The Minister will be pleased to learn that it is not all doom and gloom. I should like to advise him of a success story in today’s Colchester Evening Gazette:

“Just one serious sexual or violent offender has reoffended in Essex in the past five years, thanks to a revolutionary scheme”.

The multi-agency public protection arrangements are provided by the police, probation officers, social services and the Prison Service. Will he join me in congratulating those agencies, and will he accept my suggestion that the scheme be rolled out across the country?

Again, I am grateful that the hon. Gentleman has mentioned the multi-agency public protection arrangements. Today we have issued information on the annual report, to maximise its availability and public understanding of the scheme. The MAPPA arrangements are unique to the United Kingdom, and they help to achieve public protection by ensuring that serious offenders are properly managed. I add my congratulations to those that the hon. Gentleman expressed for the MAPPA work in his area.

Will my hon. Friend join me in congratulating organisations such as National Association for the Care and Resettlement of Offenders on their work on the care and the rehabilitation of offenders? What is the current level of expenditure by the Home Office on such organisations, and will my hon. Friend give the House an assurance that, because of the work that they do, he will consider increasing the sum available, as that will obviously help to decrease the prison population?

I congratulate my right hon. Friend on his work with NACRO in his constituency. I do not have to hand the figures for the amount of money that we give NACRO, but we also give money to Rainer and a number of other voluntary agencies that work with prisons on the problem of reoffending. That is the direction of travel, as we want to find the best providers of services to tackle the problem. I am sure that my right hon. Friend agrees that we need to look at what public services and the public-private sector can provide to ensure that we cut reoffending rates.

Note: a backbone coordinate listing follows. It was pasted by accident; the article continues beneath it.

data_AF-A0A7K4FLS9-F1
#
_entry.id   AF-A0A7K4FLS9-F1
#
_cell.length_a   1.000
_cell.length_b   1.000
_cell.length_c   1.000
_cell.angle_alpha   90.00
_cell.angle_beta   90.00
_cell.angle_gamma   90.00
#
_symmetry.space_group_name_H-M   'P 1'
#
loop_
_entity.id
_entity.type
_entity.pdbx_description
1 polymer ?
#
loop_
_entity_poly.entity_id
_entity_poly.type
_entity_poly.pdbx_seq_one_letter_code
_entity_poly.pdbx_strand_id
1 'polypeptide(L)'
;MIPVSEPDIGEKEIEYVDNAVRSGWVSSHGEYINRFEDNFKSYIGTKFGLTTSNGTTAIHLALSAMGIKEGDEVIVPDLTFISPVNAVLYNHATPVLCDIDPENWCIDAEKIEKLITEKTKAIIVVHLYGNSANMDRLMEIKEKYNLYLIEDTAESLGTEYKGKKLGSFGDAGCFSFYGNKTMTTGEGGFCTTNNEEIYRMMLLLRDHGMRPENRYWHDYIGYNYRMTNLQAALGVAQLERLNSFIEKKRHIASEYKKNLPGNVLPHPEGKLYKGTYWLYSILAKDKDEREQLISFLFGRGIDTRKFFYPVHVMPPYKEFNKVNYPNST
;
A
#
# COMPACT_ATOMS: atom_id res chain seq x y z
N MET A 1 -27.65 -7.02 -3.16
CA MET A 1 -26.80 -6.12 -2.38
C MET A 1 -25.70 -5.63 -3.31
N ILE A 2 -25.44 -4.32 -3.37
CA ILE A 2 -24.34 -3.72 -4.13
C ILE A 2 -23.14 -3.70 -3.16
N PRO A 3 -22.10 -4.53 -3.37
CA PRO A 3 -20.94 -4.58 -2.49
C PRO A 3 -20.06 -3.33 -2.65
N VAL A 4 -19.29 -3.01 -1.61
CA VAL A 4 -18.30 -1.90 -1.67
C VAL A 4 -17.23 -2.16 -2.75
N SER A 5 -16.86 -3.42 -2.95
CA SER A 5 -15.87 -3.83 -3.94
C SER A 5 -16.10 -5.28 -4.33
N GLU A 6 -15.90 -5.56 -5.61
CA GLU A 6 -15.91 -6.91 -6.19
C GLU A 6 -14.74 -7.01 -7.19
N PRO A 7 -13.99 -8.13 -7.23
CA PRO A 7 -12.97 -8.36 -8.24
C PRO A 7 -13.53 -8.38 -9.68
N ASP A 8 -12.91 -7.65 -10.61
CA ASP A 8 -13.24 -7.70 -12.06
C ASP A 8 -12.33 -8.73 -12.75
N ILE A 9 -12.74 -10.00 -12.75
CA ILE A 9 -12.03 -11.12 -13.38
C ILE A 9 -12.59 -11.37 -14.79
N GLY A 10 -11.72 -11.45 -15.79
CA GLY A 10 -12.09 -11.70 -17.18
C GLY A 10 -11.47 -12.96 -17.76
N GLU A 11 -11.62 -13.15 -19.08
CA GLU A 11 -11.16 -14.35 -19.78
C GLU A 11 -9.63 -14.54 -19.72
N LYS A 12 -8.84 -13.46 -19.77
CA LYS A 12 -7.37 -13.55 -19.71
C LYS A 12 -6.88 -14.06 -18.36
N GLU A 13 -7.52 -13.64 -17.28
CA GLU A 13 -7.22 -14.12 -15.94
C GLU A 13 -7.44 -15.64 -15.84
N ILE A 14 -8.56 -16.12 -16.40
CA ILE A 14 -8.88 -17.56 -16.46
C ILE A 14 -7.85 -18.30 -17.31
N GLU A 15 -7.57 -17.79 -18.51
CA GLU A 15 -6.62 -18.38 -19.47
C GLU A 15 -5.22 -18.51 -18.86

Prospects for offenders are bleak in my constituency, as nearby Pentonville prison is nearly full, so there is little opportunity for prisoners to follow detoxification or drug rehabilitation programmes. Drugs are rife, so what are the prospects for prisoners at our local police stations, which have been called on to house them, given that there is no opportunity for the drug rehabilitation that they desperately need?

I would not like the hon. Gentleman to run away with the idea that we are not achieving the education targets that we have set, as many of the schemes are on course. However, he is right to say that there are pressures on the prison population. In his recent announcement to the House, the Home Secretary said that the use of Operation Safeguard was “not ideal”, but was better than releasing prisoners. We want to protect the public, and we must balance that aim against what can be achieved in education programmes. We keep under review the effect on the prison population of the various schemes that take place in prisons.